When you are starting out training you shouldn’t do anything special for at least the first 18 months, maybe even 24 months. Use basic dumbbell and barbell movements, standard set, rep, and rest schemes, and focus on perfecting your technique. You will make gains like this and it gives you somewhere to go later on down the track.
Too often I see trainers getting their clients to use chains and bands, do a heap of plyo work, use all types of specialty bars, basically anything they think looks cool for their social media. This is the wrong approach in my opinion.
We have, and do use all these tools as well but not with anyone who can barely even perform the movement correctly with the bar alone. You have to deserve the method / technique / tool. You use these tools as ways to try and further challenge the movement. If you can’t perform it correctly then no bands for you, it will only confuse your body more.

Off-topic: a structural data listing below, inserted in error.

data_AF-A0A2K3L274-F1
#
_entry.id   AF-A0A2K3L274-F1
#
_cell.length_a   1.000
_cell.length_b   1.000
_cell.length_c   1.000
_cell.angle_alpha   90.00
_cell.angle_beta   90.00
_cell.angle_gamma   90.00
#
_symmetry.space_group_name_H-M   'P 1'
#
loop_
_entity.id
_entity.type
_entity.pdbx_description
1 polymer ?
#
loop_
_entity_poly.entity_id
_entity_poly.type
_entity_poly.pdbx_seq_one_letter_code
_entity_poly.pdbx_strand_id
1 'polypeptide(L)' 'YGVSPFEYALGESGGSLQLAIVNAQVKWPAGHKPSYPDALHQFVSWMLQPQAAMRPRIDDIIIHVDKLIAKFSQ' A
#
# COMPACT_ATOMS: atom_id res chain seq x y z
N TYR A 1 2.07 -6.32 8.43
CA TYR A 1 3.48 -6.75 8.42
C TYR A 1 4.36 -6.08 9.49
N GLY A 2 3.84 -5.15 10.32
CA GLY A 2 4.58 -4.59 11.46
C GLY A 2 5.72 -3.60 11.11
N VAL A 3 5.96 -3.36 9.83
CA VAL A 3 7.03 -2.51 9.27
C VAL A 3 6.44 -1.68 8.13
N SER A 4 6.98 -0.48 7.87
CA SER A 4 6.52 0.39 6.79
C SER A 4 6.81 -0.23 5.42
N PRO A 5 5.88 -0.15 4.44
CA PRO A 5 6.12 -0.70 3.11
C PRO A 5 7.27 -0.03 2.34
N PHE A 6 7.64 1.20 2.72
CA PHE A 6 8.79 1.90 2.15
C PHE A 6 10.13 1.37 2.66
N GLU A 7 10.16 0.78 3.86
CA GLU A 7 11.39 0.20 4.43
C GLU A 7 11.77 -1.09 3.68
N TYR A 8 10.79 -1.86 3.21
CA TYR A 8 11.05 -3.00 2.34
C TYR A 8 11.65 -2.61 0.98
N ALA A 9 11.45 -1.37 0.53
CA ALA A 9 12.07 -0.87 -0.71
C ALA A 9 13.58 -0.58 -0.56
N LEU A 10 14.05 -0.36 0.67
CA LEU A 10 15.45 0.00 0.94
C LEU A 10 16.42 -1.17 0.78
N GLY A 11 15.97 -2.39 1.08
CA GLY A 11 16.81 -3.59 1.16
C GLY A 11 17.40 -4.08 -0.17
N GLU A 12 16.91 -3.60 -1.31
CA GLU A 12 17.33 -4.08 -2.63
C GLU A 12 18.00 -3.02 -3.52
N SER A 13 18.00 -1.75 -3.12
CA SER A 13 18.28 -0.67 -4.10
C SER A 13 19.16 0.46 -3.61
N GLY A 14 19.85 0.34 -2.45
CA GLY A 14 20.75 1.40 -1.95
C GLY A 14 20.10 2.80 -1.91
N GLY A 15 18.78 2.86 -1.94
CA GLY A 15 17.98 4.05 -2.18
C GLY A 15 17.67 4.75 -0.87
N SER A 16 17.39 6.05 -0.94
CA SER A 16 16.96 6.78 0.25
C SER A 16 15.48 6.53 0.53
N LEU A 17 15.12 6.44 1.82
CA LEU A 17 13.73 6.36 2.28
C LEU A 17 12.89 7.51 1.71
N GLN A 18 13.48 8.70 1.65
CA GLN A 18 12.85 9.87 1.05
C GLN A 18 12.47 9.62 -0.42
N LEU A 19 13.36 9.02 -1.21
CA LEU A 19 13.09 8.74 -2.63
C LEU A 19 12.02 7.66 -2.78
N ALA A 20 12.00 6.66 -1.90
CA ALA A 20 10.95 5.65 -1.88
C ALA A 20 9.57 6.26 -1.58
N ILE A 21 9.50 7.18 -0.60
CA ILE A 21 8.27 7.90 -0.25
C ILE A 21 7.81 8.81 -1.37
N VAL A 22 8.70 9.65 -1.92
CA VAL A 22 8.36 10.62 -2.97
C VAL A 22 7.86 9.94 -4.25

The same goes for plyometrics. They are overused first of all, and secondly, a lot of the people need to develop their strength levels before performing them. You see them collapse and spend way too much time on the ground most of the time.
“The method that gets you to bench 90kg won’t be the method that get’s you to bench 180kg” – Charles Poliquin.
We often like to look at what the best in the world are doing and try to follow their lead. This makes sense, I do it all the time. But you have to put things in perspective and know where you are currently at. Following a professional athlete’s program isn’t going to serve you well if you are a beginner. It took them many years to build up to the type of training they are doing now, they didn’t begin there. So, take the principles but don’t follow everything to the letter. Again, you have to earn the right to do more advanced things.
Even if you do these advanced types of methods early on and get good results, where do you go to once you hit a plateau? Save them for when you need them and it will help you continually progress.